August 10, 2015

Manchin Promotes Preventive Practices | Beckley Register-Herald

Sen. Joe Machin, D-W.Va., said the country’s health care crisis is not insurmountable, but the current model is going at it wrong.

“We have the greatest health care system in the word if you’re broke ... But what we don’t do very well is to teach you how not to be broke,” he said.

Speaking before about 20 people Sunday at The Dish Cafe in Daniels, Manchin said the country and West Virginia need to start focusing on preventive practices, instead of healing people after they get sick.

The United States, he said, spends trillions of dollars on health care annually, more than any other country, yet the U.S. only ranks 39th in leading indicators to measure the health of a nation, he said. The statistic reflects data released recently by the World Health Organization. Preventive care, he said, has always been an issue close to him. And the younger people start, the better, he said.

While he was governor, Manchin was stunned to learn many counties did not offer physical education in their curriculum. Too costly, administrators told the then-governor.

“I asked if they still had recess. Remember recess? They threw open the school doors and pushed us outside to run,” he said to laughs.

Schools providing preventive health care is nothing new for the Mountain State. While growing up and attending schools in Farmington, he recalled the Marion County Health Department coming to the schools to give shots, physical examinations and other medical services.

The state should stress preventive care, especially for its youngest citizens, he said. Talking to a group of medical professionals, including a number of doctors, Manchin spoke of the importance of the Children’s Health Insurance Program (CHIP). During his term as governor, it appeared funding for the program was going to be slashed. Instead, the state asked for a waiver to provide services to kindergartners and second, fifth and eighth grades.

But there is more to health than temperatures and ear aches. Without proper nutrition students’ health and education suffer, as study after study has shown. As the state’s top elected official, Manchin always toured school cafeterias last so he could stop and chat with “the lunch ladies.” The lunch ladies, he said, had unique insight into the students’ health.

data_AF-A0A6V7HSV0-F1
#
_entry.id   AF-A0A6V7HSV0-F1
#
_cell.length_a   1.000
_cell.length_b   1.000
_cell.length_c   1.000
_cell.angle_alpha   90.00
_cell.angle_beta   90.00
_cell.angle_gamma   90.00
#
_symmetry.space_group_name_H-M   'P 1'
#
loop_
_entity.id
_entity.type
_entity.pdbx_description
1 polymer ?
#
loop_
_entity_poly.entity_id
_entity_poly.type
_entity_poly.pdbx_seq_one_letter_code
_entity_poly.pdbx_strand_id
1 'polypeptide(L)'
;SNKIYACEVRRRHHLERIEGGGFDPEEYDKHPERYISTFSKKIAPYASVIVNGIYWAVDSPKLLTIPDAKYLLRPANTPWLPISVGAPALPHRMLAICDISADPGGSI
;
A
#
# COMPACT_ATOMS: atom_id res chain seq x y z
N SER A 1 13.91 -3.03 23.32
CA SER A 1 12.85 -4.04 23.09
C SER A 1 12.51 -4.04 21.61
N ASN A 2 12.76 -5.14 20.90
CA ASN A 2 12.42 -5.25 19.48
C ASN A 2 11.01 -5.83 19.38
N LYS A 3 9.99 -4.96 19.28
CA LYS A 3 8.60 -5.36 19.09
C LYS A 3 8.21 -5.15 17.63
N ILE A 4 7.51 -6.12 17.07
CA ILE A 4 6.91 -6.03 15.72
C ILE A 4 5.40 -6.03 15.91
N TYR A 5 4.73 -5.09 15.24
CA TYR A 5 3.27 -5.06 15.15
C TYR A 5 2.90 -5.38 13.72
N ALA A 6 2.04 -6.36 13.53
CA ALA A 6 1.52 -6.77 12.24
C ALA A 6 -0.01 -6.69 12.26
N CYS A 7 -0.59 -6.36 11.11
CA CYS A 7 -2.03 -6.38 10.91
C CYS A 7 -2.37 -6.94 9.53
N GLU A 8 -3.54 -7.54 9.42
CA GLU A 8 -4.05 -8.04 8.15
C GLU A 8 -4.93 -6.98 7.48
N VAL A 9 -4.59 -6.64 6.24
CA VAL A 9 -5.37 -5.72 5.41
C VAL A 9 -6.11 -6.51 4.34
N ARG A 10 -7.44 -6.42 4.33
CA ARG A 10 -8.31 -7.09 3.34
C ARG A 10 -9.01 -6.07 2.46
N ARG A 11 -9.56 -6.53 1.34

With fondness in his voice, he told the story of one lunch lady, who bashfully admitted she broke the rules. But for the good of students. After school lunches were served, she was supposed to wrap up the day’s leftovers. Instead, she placed them on a table.

“She told me that somehow the leftovers just disappeared,” Manchin said, explaining the students took the leftovers home as the evening meal.

The lunch lady then told him about worrying about the students during long vacations. “I look forward to summer vacations, but the students have little food during that time,” Manchin recalled the lunch lady saying.

Walking a political tight rope Sunday, Manchin, the only Democratic member of West Virginia’s congressional delegation, echoed what members of both parties are beginning to say about the Affordable Care Act. After 50-plus times of trying to repeal the act, some lawmakers are now accepting it’s here. The U.S. Supreme Court has upheld provisions of the act after protracted legal battles.

“The court has spoken. It’s the law of the land,” he said of the act.

The act has some good provisions, he said, such as children being able to stay on their parents’ insurance plans until 26 years of age.

Manchin’s speech was sponsored by David Darden and Angela Ramsey as part of their fundraising efforts for the United Way’s Dancing With the Stars.  

By:  Daniel Tyson